We continue to see lots of activity involving unsuitable sales of non-traded Real Estate Investment Trusts (“non-traded REITs”). If you’re a retail customer who was sold one of these things with promises of higher yields, guaranteed returns, principal protection, or other bogus enticements, you’ve probably already lost money and may now find yourself stuck. Call us. We’ve helped many buyers of non-traded REITs recover money from their brokers.
Non-traded REITs can be either public or private. A public non-traded REIT is registered with the SEC, while a private non-traded REIT is unregistered and purchasers must be accredited investors. But since neither type of REIT sells on an open market, they have no transparency to investors. When securities are traded on the open market, streams of relevant information are weighed by investors and the resulting expectations of those investors cause prices to fluctuate. For instance, in the case of market traded REITs, prices fluctuate based on investors’ expectations about future dividends and growth in the value of underlying holdings, as well as assumptions about how well the issuer will sustain its business model over time.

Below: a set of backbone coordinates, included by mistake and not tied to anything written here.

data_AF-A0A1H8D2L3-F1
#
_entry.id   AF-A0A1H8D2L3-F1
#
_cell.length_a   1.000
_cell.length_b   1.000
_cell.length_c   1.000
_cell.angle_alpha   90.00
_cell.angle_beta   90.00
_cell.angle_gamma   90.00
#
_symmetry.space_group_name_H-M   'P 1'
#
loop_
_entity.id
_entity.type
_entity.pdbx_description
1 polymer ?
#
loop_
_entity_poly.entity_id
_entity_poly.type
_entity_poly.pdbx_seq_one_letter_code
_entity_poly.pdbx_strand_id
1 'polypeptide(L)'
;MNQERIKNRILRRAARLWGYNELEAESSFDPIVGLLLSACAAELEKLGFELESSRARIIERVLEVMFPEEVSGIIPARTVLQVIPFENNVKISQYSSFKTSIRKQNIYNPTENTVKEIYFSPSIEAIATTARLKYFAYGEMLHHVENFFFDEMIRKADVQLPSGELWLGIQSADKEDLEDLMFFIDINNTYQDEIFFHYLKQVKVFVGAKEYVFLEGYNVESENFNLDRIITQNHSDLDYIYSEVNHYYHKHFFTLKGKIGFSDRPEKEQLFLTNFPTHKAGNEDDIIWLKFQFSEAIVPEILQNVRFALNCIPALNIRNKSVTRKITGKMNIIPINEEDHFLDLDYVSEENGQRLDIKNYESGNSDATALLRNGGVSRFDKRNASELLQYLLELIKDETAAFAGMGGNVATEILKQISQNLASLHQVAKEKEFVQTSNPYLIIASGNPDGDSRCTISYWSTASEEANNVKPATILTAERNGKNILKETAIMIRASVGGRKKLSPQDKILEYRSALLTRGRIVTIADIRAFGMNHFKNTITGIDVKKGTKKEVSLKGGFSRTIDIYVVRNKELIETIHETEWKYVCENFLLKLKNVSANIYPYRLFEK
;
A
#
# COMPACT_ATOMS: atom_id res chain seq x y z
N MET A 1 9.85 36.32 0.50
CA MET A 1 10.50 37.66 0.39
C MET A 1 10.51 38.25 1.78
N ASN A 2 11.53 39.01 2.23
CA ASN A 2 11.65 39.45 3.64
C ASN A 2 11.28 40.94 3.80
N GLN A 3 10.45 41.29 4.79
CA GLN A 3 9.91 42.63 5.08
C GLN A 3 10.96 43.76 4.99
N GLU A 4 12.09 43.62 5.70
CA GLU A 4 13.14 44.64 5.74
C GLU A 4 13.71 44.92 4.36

Non-traded REITs differ significantly from market traded REITs, most notably because the market price of a non-traded REIT doesn’t remotely reflect either the value of the REIT’s underlying holdings or the REIT’s potential for future dividend payments. Because non-traded REITs aren’t openly traded, their reported prices are set at the discretion of management and don’t reflect the judgment of the efficient market. Thus, reported prices for non-traded REITs generally are unrelated to the true value of the REIT or its holdings and usually are very misleading.
To make matters worse, managers of non-traded REITs aren’t required to regularly update their share prices to reflect accurate market value. Because the share prices remain unchanged for long periods of time, managers are able to hide significant financial concerns, including the fact that the REITs are highly leveraged and use both debt and the newly invested principal of other investors to pay dividends. This model is often unsustainable and the result is that many non-traded REITs have been or will eventually be disastrous for investors.
If you own a now-defunct REIT and you’ve suffered substantial losses, call us today.
Hugh Berkson is a Securities Attorney with McCarthy, Lebit, Crystal & Liffman, Co. LPA. Hugh is rated AV® Preeminent™ by Martindale-Hubbell®.
He obtained a business degree in Finance from the University of Texas at Austin in 1989, and is a 1994 graduate of Case Western Reserve University School of Law, where he was a member of the Order of the Barristers and received both the American Jurisprudence Award, (National Mock Trial) in 1993 and the Jonathan M. Ault Mock Trial Prize for 1993-1994.